A useful footer. Below your main content is the footer of your email. It should contain a clear and simple way for your reader to unsubscribe, as required by the CAN-SPAM Act. Mention why they are getting the email (they signed up), and how to contact you. Email apps often take care of this for you, but just be sure it is included. The footer area is where you could do “self-advertising” if you wanted to. Keep it simple, if you choose to do it, preferably just one or two “ads” or links.
High-traffic posts: High-traffic posts are the posts that people are reading, and indicate a topic they are interested in. You could create an email autoresponder out of these specific posts, or use them as a guide on what people want to read about. An added bonus, once you know which posts get the traffic, is that you can promote your email autoresponder in those actual blog posts and target a specific audience.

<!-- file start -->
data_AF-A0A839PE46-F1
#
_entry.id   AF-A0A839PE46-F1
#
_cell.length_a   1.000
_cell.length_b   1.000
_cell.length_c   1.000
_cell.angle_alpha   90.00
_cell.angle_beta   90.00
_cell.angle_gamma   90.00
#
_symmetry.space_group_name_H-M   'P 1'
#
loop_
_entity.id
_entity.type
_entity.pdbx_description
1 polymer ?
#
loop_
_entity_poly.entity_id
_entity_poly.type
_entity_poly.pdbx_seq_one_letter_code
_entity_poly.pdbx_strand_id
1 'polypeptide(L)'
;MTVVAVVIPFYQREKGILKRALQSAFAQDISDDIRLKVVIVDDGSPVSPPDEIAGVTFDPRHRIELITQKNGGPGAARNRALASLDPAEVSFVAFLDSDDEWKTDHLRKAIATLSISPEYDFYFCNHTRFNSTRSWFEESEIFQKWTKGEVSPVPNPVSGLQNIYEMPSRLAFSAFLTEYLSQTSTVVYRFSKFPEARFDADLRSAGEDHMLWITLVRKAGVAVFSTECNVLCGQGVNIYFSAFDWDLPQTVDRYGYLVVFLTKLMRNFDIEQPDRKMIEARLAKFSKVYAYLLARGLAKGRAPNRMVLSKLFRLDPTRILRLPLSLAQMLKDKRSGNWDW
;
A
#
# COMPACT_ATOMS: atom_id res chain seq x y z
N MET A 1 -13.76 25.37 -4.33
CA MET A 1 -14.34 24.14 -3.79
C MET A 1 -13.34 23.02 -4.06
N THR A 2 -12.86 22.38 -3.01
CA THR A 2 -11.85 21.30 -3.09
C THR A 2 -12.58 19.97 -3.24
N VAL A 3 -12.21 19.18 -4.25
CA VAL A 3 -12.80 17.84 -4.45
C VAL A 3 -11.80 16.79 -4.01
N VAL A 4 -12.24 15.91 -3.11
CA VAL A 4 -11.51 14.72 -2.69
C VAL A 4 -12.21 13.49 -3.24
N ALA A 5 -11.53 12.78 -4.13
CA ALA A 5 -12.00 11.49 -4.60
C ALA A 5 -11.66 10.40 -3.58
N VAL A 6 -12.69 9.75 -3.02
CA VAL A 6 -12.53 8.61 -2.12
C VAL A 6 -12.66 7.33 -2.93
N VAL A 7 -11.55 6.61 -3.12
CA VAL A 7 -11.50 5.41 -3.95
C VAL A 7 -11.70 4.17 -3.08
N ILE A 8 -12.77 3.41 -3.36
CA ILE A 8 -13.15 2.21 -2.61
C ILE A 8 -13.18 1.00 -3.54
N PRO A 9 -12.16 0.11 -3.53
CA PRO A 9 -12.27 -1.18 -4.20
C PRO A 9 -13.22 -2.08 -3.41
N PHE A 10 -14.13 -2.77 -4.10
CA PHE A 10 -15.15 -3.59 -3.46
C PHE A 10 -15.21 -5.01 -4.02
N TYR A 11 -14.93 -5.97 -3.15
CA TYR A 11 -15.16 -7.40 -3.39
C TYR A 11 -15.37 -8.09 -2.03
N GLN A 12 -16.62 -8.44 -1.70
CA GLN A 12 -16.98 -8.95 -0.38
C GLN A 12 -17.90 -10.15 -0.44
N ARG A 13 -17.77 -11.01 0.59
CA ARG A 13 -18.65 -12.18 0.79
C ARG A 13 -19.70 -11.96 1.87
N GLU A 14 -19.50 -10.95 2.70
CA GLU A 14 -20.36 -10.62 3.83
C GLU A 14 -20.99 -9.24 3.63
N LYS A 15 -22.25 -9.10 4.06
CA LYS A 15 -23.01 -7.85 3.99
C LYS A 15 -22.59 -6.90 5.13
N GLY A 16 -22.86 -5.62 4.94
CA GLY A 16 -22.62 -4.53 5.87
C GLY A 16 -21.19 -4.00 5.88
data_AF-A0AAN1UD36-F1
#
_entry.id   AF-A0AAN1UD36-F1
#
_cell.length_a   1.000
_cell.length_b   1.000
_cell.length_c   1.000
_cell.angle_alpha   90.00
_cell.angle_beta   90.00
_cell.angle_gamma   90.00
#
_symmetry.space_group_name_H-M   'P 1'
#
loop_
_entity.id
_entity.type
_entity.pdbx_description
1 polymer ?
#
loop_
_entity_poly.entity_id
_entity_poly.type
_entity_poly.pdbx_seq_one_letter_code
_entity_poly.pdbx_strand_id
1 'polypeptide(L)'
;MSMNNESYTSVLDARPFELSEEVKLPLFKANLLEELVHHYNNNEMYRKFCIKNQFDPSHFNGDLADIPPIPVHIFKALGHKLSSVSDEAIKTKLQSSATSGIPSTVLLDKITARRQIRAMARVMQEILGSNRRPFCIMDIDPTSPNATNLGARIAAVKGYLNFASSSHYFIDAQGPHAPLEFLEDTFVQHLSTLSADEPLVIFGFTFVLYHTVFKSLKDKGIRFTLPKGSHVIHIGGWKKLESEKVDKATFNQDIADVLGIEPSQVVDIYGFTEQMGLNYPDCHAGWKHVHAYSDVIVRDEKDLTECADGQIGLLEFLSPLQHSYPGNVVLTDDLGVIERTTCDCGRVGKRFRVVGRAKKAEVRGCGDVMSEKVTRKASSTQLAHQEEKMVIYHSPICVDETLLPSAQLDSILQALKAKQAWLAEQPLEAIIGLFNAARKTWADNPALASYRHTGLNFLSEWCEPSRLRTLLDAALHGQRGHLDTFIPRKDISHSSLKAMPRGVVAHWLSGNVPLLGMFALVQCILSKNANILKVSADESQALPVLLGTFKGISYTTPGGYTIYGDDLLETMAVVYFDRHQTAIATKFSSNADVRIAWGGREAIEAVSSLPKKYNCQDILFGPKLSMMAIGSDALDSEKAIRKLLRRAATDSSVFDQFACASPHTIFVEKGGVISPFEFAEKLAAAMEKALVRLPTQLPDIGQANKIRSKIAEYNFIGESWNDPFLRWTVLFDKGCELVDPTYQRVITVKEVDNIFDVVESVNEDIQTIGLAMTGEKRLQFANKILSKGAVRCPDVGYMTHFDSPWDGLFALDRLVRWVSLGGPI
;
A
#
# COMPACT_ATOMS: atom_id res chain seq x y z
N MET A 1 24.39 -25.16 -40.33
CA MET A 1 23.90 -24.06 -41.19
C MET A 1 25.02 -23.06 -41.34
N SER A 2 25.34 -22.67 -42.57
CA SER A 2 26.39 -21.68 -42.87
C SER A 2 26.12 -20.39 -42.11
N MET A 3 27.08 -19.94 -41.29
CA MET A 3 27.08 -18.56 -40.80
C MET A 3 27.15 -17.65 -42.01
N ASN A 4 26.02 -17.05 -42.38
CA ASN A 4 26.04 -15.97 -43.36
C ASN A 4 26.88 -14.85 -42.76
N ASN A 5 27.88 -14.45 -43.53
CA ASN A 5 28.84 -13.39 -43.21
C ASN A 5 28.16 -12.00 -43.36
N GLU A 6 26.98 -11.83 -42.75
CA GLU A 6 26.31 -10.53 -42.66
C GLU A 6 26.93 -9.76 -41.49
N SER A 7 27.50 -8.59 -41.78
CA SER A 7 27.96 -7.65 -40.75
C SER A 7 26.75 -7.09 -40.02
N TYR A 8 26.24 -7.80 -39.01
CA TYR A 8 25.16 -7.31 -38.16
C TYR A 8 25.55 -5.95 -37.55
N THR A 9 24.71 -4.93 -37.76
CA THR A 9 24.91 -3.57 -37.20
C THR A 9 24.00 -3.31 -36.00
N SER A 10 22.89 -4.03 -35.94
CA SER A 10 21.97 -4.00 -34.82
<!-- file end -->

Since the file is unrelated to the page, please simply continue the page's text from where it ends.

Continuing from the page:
Still need to gather more email addresses for your contact list? Fear not! With diligence and a little creativity, you can build a solid list of interested addressees through a variety of methods. Here we’ve compiled by category 105 strategies, tips, tools, and ideas to help you find viable, interested consumers to add to your email subscriber list.

These web pop up forms are quite useful when you want to capture your anonymous visitors and convert them into potential leads. On EasySendy, the pop-up forms capture leads and automatically update your contact segments for further nurturing. Another amazing feature is the option to add social buttons. These social subscribe buttons speed-up the lead capturing process because your visitors don’t have to manually type in a form. At the same time, when they use social subscribe button, you get all their social information based on which you can create more targeted email nurturing drips.